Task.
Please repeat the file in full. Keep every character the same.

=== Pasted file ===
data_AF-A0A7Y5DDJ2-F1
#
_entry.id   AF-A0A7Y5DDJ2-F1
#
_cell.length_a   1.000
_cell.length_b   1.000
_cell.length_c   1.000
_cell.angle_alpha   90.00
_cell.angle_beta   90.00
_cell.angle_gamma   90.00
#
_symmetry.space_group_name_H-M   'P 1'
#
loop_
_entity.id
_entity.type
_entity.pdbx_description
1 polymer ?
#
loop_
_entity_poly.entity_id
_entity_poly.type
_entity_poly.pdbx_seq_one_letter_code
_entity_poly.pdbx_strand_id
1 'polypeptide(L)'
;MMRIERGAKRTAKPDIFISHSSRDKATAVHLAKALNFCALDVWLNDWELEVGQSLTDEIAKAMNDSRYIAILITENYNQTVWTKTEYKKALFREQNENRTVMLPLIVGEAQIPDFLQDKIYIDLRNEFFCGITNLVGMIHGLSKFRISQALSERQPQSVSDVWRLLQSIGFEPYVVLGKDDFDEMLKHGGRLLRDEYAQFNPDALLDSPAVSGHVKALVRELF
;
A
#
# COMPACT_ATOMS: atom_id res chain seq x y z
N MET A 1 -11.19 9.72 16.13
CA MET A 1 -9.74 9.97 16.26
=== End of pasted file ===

data_AF-A0A7Y5DDJ2-F1
#
_entry.id   AF-A0A7Y5DDJ2-F1
#
_cell.length_a   1.000
_cell.length_b   1.000
_cell.length_c   1.000
_cell.angle_alpha   90.00
_cell.angle_beta   90.00
_cell.angle_gamma   90.00
#
_symmetry.space_group_name_H-M   'P 1'
#
loop_
_entity.id
_entity.type
_entity.pdbx_description
1 polymer ?
#
loop_
_entity_poly.entity_id
_entity_poly.type
_entity_poly.pdbx_seq_one_letter_code
_entity_poly.pdbx_strand_id
1 'polypeptide(L)'
;MMRIERGAKRTAKPDIFISHSSRDKATAVHLAKALNFCALDVWLNDWELEVGQSLTDEIAKAMNDSRYIAILITENYNQTVWTKTEYKKALFREQNENRTVMLPLIVGEAQIPDFLQDKIYIDLRNEFFCGITNLVGMIHGLSKFRISQALSERQPQSVSDVWRLLQSIGFEPYVVLGKDDFDEMLKHGGRLLRDEYAQFNPDALLDSPAVSGHVKALVRELF
;
A
#
# COMPACT_ATOMS: atom_id res chain seq x y z
N MET A 1 -11.19 9.72 16.13
CA MET A 1 -9.74 9.97 16.26